“We had a tremendous staff going into last season but we did have to let some talented people go,” says Hayes.
Hayes looks over the snow-covered field at Dow Diamond, about three months before the usual Opening Day.
The Loons are an affiliate of the Los Angeles Dodgers, the 2020 World Series champions. They play in the Midwest League, which is now a High-A league, one step up from the Low-A, where they’ve been for decades. The change was made after Major League Baseball (MLB) took control of the minor leagues during the off-season.
Q: When might we see a first pitch to the Loons season this year and what are the challenges to get there?
A: Everything we talk about has an asterisk (*), which is COVID-19. We can plan all we want and develop scenarios, which we have, but all of that has an asterisk depending on COVID and the actions the government takes. Government leaders are trying to cope with this the best they can.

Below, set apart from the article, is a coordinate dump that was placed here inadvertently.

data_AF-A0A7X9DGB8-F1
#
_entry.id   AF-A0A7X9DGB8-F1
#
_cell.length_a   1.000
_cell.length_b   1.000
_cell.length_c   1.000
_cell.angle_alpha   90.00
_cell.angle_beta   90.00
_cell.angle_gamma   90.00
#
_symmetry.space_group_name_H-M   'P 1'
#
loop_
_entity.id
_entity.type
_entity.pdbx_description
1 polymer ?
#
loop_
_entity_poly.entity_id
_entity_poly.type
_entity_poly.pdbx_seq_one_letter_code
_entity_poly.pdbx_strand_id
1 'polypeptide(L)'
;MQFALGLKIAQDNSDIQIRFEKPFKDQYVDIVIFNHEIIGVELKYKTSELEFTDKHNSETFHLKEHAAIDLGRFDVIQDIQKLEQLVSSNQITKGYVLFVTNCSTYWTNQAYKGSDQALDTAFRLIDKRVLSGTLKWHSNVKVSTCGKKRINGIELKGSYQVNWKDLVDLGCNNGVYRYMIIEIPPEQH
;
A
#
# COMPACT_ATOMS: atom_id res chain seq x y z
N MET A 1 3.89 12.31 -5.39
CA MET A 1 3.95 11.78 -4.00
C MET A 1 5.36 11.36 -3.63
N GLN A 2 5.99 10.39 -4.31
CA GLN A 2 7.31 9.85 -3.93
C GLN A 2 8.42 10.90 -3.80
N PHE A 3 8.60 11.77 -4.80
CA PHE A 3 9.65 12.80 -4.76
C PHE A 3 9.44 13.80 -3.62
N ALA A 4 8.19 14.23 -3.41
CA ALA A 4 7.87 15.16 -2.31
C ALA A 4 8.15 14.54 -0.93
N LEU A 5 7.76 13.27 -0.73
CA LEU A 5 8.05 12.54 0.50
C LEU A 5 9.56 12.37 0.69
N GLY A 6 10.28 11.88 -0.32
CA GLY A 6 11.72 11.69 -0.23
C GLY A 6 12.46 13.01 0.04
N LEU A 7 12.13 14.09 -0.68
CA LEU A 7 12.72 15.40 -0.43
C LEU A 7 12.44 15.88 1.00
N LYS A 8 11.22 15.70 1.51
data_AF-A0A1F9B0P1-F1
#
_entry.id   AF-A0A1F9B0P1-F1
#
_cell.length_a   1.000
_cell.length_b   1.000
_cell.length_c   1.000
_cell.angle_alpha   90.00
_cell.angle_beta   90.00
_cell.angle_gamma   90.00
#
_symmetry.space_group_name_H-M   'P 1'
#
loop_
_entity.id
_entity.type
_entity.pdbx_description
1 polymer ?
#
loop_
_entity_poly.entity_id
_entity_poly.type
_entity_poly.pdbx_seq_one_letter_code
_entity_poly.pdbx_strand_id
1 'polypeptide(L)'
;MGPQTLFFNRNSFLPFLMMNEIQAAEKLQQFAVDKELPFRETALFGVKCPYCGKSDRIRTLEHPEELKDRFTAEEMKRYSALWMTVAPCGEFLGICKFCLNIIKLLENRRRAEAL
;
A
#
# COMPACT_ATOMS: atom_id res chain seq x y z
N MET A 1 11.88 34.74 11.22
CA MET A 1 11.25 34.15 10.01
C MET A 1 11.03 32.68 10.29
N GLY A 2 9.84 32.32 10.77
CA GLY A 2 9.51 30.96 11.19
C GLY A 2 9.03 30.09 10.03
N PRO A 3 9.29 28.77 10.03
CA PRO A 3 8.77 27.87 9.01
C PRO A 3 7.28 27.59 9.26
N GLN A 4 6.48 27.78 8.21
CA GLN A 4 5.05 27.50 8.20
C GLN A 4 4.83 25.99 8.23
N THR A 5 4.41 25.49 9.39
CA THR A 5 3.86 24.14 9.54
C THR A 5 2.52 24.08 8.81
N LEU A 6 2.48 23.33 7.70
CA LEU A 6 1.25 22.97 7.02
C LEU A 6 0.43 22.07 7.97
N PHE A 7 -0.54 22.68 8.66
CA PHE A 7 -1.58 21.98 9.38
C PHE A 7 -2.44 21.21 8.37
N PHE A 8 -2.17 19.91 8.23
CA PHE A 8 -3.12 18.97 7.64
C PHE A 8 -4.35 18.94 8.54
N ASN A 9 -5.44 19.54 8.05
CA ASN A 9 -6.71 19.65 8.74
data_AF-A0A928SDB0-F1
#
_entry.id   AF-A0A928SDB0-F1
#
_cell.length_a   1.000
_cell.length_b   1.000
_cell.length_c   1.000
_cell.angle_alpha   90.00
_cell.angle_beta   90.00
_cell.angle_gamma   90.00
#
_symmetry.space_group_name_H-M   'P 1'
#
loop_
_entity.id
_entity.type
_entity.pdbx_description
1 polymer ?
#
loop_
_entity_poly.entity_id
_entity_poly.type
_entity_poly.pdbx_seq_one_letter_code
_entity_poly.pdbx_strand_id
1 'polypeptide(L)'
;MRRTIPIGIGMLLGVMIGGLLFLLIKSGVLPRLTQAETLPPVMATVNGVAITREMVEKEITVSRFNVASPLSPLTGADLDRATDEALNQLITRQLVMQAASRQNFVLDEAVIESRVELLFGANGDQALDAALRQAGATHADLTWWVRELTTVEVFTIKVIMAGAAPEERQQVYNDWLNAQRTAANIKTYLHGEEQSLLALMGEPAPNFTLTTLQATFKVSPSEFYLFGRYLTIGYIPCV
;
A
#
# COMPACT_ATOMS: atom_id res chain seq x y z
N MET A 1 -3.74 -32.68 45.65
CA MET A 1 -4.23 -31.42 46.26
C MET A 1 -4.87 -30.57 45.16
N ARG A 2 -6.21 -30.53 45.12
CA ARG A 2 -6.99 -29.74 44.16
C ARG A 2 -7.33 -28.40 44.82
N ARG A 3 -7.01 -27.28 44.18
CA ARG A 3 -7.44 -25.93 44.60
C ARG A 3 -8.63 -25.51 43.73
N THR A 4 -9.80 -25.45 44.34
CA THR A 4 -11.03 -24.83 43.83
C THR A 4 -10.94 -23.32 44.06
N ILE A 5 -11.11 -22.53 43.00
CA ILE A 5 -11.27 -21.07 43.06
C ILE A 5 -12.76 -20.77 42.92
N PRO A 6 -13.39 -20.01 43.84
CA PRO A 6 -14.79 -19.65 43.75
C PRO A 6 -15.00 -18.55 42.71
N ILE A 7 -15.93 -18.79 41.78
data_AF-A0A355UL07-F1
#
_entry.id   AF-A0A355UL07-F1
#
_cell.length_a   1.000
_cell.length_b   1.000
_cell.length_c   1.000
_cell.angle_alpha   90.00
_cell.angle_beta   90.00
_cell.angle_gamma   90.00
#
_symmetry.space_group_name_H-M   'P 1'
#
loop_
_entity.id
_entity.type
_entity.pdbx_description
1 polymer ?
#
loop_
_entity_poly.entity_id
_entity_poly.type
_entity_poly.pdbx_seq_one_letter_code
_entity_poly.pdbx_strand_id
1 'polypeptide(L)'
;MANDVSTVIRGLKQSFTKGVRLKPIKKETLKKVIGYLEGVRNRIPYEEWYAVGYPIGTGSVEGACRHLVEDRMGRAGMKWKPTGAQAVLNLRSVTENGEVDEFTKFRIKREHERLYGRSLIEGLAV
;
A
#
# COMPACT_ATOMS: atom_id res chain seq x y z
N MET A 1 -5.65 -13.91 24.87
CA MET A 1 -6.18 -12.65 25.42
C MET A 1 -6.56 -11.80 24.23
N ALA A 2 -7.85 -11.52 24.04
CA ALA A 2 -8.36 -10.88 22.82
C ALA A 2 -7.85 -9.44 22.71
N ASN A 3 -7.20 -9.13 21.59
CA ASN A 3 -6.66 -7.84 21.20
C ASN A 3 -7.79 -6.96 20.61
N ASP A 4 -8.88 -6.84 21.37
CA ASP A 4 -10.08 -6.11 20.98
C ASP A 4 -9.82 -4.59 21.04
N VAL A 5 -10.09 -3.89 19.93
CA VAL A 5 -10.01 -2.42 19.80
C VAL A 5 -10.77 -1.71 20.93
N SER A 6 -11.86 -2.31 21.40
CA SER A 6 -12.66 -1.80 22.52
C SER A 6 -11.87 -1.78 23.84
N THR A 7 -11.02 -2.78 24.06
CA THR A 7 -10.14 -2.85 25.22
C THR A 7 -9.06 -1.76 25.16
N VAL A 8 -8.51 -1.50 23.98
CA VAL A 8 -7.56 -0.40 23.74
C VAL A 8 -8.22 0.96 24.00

We were on a call yesterday [Jan. 8] with the Dodgers and major league baseball; they have every intention of professional baseball being played in 2021. They didn’t even know when the majors are going to start. Their primary goal is to keep their players at every level safe and healthy. They’ll bring baseball back. Best projection is we will have baseball in Midland, I’m certain of that. Probably won’t start until late May/early June — it could go later into September. Our last game is usually on Labor Day.
The Loons dugout along the first baseline is quiet this time of year.